Birmingham’s furthest outpost: Michel de Certeau and the strategies of Elan Village’s builders

 I was very fortunate recently to get to camp in one of the most beautiful spots in the country, in the Elan Valley, Powys. It's among the most sparsely-populated parts of the UK, falling within what John Henry Cliffe described as 'that great desert of Wales' as far back as 1860. Despite that descriptor, it's far from …

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“Slums” of the Black Country: Darlaston

I've ummed and aahed a bit about what to write about the Post's report on Darlaston. It's really the same old story: surface drainage, evils, abomination, bubbling and seething, stagnant, over-flowing, the cholera, back courts, and so on; there's not a lot to add compared to previous outrages at Oldbury or Bilston. Despite the fact that the journalist's …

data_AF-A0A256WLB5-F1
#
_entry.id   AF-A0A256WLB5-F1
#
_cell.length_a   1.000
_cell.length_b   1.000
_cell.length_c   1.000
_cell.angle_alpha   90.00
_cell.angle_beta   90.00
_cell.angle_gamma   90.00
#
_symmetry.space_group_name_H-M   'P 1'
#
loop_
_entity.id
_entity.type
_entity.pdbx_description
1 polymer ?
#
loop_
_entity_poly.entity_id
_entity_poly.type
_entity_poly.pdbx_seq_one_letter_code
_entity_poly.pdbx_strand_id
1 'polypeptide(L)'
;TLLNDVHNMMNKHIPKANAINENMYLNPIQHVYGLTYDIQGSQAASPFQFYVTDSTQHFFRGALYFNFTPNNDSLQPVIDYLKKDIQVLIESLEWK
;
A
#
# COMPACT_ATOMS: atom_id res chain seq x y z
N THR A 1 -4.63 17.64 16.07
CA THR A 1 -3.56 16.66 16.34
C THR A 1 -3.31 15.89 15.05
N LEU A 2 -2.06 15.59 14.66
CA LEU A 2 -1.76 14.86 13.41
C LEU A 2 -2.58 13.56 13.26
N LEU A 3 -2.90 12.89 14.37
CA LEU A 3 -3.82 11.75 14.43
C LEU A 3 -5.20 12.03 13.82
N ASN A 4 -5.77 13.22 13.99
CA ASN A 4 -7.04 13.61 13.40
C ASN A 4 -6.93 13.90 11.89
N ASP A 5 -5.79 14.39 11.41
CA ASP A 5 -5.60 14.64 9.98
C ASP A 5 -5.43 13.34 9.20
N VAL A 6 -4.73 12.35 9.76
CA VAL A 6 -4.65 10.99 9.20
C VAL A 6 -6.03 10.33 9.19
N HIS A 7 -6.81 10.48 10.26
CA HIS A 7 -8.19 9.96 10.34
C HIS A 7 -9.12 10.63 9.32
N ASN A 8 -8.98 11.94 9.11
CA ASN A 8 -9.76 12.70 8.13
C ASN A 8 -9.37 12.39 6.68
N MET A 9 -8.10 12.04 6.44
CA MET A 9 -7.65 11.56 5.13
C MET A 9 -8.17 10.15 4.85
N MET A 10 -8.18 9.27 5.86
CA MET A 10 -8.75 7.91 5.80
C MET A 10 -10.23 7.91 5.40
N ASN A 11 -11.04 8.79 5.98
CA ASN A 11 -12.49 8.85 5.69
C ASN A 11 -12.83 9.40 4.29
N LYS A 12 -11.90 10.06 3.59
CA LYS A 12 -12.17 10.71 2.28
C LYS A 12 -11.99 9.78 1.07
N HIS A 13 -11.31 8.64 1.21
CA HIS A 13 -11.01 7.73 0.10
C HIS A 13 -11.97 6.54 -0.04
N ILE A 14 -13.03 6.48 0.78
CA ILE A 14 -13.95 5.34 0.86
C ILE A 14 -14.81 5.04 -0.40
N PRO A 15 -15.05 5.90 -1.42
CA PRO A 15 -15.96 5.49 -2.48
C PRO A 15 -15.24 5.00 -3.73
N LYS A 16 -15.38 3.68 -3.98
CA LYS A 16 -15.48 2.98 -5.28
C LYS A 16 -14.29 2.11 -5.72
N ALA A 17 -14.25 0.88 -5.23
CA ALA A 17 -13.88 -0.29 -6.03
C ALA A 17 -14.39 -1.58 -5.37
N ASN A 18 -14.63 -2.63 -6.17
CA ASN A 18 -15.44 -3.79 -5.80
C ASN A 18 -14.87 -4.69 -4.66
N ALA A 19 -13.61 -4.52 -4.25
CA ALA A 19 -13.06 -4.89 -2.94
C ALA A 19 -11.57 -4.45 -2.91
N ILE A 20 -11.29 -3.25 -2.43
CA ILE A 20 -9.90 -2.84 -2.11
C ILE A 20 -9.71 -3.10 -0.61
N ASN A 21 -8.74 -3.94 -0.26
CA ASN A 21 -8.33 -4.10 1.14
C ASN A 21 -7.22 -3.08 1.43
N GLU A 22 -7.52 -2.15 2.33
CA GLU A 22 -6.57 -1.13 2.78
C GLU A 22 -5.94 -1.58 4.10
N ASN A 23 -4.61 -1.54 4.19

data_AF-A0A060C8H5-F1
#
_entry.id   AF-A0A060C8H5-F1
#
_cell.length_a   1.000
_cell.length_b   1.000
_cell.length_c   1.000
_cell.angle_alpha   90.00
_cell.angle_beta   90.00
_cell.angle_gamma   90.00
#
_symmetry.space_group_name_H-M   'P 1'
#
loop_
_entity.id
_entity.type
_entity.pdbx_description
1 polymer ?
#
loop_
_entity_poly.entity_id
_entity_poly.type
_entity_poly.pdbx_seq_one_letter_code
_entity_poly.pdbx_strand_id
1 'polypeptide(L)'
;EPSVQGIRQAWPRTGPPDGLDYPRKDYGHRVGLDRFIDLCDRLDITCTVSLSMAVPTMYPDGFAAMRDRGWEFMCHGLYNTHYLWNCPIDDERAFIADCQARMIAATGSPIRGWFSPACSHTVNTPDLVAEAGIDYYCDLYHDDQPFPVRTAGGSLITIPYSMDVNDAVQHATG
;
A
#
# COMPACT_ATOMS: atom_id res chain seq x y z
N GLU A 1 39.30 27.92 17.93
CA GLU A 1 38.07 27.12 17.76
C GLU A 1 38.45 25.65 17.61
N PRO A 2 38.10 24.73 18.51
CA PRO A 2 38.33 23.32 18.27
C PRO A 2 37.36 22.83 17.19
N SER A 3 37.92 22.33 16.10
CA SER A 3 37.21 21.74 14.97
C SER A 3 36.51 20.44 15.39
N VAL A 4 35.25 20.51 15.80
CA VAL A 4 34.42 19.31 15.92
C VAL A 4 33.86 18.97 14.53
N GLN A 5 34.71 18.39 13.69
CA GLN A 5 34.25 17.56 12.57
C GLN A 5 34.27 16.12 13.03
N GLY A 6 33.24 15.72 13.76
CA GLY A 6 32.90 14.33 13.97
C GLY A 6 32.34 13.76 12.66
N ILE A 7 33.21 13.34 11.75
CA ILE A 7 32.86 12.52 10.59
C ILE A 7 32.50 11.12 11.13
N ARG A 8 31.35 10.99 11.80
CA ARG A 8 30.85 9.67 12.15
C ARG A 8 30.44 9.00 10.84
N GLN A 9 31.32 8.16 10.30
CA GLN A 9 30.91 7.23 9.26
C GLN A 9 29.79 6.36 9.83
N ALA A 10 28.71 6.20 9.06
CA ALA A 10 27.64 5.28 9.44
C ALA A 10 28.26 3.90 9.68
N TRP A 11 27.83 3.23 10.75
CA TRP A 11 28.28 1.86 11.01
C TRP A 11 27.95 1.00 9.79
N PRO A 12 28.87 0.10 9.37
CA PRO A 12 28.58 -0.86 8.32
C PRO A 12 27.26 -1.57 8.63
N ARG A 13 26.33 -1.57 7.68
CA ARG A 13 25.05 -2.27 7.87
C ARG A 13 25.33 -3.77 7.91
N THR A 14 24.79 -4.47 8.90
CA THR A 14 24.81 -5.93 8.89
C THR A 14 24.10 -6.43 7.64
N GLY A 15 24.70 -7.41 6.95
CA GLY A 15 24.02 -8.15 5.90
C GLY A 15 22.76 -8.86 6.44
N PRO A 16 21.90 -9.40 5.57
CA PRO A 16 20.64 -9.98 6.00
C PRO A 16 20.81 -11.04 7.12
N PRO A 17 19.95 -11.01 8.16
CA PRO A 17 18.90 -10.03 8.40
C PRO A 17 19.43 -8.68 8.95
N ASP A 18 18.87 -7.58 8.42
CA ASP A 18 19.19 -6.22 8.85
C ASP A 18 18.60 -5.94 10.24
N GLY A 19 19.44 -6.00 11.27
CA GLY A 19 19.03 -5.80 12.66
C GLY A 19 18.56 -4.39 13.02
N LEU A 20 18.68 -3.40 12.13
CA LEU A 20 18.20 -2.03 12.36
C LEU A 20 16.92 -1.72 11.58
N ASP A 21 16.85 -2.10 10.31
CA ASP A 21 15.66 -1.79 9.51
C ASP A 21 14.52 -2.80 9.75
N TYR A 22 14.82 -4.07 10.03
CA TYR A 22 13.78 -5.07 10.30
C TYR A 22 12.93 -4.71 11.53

Land of my fathers

I've been reading Henri Lefebvre's Rhythmanalysis lately. I'm no expert on continental philosophy or cultural theory really, so I've enjoyed this - it's light and possible to read in an impressionistic sort of way, glossing over all the Bachelards and Nietzsches, the Objects and Subjects. Lefebvre's key ideas throughout his career were around the 'everyday' - the mundane, …

Empty space

Warning again: I'm going to be talking Black Country history a little further down, but I've been interested in what maps do and don't show, so the preamble is a bit... vague and theoretical. Maps are complex beasts. They show what they show, for reasons their makers choose, and the inclusions and omissions can define a district. …

The Planner’s Eye

Heath Town Estate, Wolverhampton, by Smileyface on the Skyscraper City website. Click the pic for a link to some truly frightening pictures of the estate at its worst. Multi- and inter-disciplinary research is a major part of academia these days, and the benefits it can bring are clearly profound - to see something anew, in a …